Ferry system

For the first 350 years, ships and ferry systems provided the primary transportation.

From the early 1930s to 1954, Virginia Ferry Corporation, a privately owned public service company managed a scheduled vehicular (car, bus, truck) and passenger ferry service between the Virginia Eastern Shore and Princess Anne County (now part of Virginia Beach) in the South Hampton Roads area. This system, a portion of U.S. Route 13, was known as the Little Creek-Cape Charles Ferry. In 1951, the Northern terminus was relocated to a location now within Kiptopeke State Park.

Despite an expanded fleet of large and modern ships eventually capable of as many as 90 one-way trips each day, the lengthy crossing suffered delays due to heavy traffic and inclement weather.

In 1954, the Virginia General Assembly (state legislature) created a political subdivision, the Chesapeake Bay Ferry District and its governing body, the Chesapeake Bay Ferry Commission. The Commission was authorized to acquire the private ferry corporation through bond financing, to improve the existing ferry service.

Once the bridge–tunnel was built, much of the ferry equipment used by the Little Creek-Cape Charles Ferry service was then sold and redeployed to start the Cape May-Lewes Ferry across the 17-mile (27 km) mouth of the Delaware Bay between Cape May, New Jersey and Lewes, Delaware.[4]

Studying a fixed crossing

In 1956, the General Assembly authorized the Ferry Commission to conduct feasibility studies for the construction of a fixed crossing. The conclusion of the study indicated that a vehicular crossing was feasible.[citation needed]

Consideration was given to service between the Eastern Shore and both the Peninsula and South Hampton Roads. Eventually, the shortest route, extending between the Eastern Shore and a point in Princess Anne County at Chesapeake Beach (east of Little Creek, west of Lynnhaven Inlet), was selected. An option to also provide a fixed crossing link to Hampton and the Peninsula was not pursued.[5]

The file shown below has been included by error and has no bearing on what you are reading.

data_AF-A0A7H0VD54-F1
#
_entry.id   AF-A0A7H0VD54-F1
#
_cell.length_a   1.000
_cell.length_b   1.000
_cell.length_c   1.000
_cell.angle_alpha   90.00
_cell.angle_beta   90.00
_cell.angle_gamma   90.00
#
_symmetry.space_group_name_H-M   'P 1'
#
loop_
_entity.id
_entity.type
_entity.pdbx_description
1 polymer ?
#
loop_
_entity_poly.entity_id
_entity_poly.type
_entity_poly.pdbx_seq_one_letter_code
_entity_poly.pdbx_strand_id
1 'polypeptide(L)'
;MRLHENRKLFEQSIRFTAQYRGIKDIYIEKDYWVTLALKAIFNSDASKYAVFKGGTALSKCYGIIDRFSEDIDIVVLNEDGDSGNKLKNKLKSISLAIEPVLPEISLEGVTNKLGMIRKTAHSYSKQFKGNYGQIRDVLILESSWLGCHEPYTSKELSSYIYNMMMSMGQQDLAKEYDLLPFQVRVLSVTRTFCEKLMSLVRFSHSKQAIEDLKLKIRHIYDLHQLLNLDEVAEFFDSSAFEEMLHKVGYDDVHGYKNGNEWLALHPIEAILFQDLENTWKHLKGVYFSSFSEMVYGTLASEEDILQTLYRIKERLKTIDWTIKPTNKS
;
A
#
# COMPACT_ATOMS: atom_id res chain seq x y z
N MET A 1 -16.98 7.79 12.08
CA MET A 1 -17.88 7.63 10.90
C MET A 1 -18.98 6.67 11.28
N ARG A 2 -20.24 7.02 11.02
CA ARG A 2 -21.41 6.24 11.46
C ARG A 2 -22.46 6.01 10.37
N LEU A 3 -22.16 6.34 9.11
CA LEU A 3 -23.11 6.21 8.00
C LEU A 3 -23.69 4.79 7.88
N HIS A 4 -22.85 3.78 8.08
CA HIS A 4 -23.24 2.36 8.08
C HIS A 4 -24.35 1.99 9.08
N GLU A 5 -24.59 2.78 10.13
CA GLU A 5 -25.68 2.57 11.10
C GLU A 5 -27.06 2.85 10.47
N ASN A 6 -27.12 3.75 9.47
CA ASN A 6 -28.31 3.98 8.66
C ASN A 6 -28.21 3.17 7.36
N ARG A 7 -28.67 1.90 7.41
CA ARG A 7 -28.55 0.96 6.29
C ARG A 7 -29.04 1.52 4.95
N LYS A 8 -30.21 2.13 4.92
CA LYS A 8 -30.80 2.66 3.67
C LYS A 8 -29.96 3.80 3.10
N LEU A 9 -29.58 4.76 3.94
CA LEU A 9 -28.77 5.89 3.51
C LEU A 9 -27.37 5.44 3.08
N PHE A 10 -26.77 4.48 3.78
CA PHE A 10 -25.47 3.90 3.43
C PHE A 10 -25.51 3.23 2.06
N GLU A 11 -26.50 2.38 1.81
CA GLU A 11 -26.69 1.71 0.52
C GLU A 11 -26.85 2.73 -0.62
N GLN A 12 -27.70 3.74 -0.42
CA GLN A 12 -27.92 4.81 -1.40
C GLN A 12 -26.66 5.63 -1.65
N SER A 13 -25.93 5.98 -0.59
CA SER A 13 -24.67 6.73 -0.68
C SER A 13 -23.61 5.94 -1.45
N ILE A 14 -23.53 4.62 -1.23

Initially, high-level bridges were contemplated to cross over the two main shipping channels on the selected route, Thimble Shoals Channel, which leads to Hampton Roads, and the Chesapeake Channel, which leads to points north in the Bay, notably the Port of Baltimore. However, the U.S. Navy objected, due to concerns that collapse of high level bridge(s) (due to either accidental or deliberate action) could cause a large portion of the Atlantic fleet based at the Norfolk Navy Base at Sewell's Point and other craft within the Hampton Roads harbor area to be blocked from access to the Atlantic Ocean.

To address these concerns, the engineers recommended a series of bridges and tunnels known as a bridge–tunnel, similar in design to the Hampton Roads Bridge–Tunnel, which had been completed in 1957, but a considerably longer and larger facility. The tunnel portions, anchored by four man-made islands of approximately 5 acres (2.0 ha) each, would be extended under the two main shipping channels. The CBBT was designed by the engineering firm Sverdrup & Parcel of St. Louis, Missouri, who also served as the construction manager for the project.[citation needed]


In the summer of 1960, the Chesapeake Bay Ferry Commission sold $200 million in toll revenue bonds to private investors, and the proceeds were used to finance the construction of the bridge–tunnel. Funds collected by future tolls were pledged to pay the principal and interest on the bonds. No local, state, or federal tax funds were used in the construction of the project.

Construction contracts were awarded to a consortium of Tidewater Construction Corporation and Merritt-Chapman & Scott Corporation. The steel superstructure for the high-level bridges near the north end of the crossing were fabricated by the American Bridge Division of United States Steel Corporation. Construction of the bridge–tunnel began in October 1960 after a six-month process of assembling necessary equipment from worldwide sources.

The tunnels were constructed using the technique refined by Ole Singstad with the Baltimore Harbor Tunnel, whereby a large ditch was first dug for each tunnel, into which was lowered pre-fabricated tunnel sections cable-suspended from overhead barges. Interior chambers were filled with water to lower the sections, the sections then aligned, bolted together by divers, the water pumped out, and the tunnels finally covered with earth.